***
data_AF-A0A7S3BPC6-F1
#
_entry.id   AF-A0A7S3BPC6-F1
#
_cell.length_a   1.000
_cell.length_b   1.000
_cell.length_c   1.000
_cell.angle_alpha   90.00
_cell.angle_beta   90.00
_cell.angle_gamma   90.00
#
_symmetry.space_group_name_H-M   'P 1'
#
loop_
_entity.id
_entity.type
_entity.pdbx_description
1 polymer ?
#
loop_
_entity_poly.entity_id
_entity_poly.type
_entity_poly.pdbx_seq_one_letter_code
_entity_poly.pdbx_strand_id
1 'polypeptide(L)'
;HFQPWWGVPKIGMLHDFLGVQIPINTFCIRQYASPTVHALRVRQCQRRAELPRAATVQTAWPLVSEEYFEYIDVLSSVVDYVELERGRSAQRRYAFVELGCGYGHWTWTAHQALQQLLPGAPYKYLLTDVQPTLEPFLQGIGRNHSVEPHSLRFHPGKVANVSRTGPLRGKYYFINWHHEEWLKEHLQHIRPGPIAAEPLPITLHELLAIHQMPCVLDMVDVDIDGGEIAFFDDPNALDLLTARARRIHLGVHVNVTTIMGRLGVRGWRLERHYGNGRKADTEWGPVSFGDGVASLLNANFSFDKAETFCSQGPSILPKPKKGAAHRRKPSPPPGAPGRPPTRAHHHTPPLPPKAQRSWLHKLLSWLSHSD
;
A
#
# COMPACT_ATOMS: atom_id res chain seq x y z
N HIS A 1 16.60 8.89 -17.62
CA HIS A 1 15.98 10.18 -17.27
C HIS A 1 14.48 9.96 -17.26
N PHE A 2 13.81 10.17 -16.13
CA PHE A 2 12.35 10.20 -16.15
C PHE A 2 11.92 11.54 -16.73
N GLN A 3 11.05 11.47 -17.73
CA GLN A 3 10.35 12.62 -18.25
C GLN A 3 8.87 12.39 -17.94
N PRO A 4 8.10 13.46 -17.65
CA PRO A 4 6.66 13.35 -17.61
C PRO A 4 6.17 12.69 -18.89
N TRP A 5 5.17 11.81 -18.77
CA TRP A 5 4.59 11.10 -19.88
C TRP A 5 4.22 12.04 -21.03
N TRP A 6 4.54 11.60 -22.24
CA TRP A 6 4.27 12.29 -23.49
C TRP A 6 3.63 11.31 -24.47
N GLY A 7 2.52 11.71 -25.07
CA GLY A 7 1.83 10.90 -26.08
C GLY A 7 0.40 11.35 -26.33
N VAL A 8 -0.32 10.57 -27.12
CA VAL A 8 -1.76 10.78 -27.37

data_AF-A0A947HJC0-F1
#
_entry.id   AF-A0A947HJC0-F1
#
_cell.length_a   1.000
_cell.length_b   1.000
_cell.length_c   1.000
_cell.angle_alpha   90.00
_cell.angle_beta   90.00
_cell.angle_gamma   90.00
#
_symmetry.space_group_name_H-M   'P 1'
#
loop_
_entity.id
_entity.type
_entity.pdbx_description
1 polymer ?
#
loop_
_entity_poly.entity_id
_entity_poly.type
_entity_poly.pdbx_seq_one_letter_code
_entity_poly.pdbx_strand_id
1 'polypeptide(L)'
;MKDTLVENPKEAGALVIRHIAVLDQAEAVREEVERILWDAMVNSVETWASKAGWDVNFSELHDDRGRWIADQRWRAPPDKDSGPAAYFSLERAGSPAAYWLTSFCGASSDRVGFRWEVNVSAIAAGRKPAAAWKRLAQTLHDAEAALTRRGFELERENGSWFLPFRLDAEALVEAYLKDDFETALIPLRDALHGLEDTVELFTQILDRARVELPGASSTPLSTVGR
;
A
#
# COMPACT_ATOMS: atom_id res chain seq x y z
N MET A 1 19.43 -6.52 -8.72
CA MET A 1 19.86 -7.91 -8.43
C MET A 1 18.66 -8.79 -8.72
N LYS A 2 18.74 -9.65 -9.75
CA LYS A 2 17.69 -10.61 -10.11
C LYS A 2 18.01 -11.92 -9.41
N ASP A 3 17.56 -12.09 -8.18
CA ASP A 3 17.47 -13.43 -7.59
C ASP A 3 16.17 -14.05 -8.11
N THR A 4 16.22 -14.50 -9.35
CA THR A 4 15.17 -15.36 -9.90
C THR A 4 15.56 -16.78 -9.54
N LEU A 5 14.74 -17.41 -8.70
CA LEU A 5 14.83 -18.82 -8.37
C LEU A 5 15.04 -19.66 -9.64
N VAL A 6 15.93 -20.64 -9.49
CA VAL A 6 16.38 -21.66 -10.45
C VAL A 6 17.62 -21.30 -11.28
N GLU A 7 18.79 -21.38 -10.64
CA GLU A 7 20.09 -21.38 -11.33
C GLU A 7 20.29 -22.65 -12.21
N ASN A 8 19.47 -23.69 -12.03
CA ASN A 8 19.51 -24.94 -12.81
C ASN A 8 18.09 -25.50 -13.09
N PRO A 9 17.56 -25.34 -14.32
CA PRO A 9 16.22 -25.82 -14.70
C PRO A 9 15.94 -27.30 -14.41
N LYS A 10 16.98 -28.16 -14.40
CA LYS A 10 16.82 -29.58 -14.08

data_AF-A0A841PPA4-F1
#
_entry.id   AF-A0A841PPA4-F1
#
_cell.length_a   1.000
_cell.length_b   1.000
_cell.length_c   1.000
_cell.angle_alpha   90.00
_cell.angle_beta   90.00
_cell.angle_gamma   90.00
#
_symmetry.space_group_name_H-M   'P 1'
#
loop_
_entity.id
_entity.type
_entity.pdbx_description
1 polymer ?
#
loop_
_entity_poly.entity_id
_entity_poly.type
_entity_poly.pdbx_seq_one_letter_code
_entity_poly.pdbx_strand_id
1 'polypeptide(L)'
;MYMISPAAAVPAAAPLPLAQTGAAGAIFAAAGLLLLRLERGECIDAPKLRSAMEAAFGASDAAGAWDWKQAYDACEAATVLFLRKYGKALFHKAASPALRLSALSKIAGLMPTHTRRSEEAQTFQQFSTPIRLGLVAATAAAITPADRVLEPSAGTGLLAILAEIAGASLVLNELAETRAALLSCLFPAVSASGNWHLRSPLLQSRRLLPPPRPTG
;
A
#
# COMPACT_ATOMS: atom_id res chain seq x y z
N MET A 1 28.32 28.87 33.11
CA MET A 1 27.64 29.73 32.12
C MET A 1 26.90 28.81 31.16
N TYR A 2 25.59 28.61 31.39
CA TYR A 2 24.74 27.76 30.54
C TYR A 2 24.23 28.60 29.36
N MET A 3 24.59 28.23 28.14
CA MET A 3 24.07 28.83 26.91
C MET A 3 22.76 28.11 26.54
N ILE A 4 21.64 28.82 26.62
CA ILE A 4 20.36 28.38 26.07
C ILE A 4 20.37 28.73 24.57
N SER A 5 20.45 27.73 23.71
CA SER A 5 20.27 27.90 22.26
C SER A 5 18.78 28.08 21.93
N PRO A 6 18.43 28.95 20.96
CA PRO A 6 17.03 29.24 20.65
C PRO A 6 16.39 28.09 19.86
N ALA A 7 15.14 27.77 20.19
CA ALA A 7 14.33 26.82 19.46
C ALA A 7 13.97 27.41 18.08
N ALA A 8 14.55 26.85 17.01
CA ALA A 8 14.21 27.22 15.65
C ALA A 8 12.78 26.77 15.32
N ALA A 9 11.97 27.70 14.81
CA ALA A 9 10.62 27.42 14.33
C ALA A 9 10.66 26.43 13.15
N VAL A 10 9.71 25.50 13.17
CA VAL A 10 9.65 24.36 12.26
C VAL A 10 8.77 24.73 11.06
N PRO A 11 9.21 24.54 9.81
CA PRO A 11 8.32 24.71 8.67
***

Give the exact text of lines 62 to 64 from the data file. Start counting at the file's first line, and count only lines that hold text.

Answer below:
_cell.angle_beta   90.00
_cell.angle_gamma   90.00
#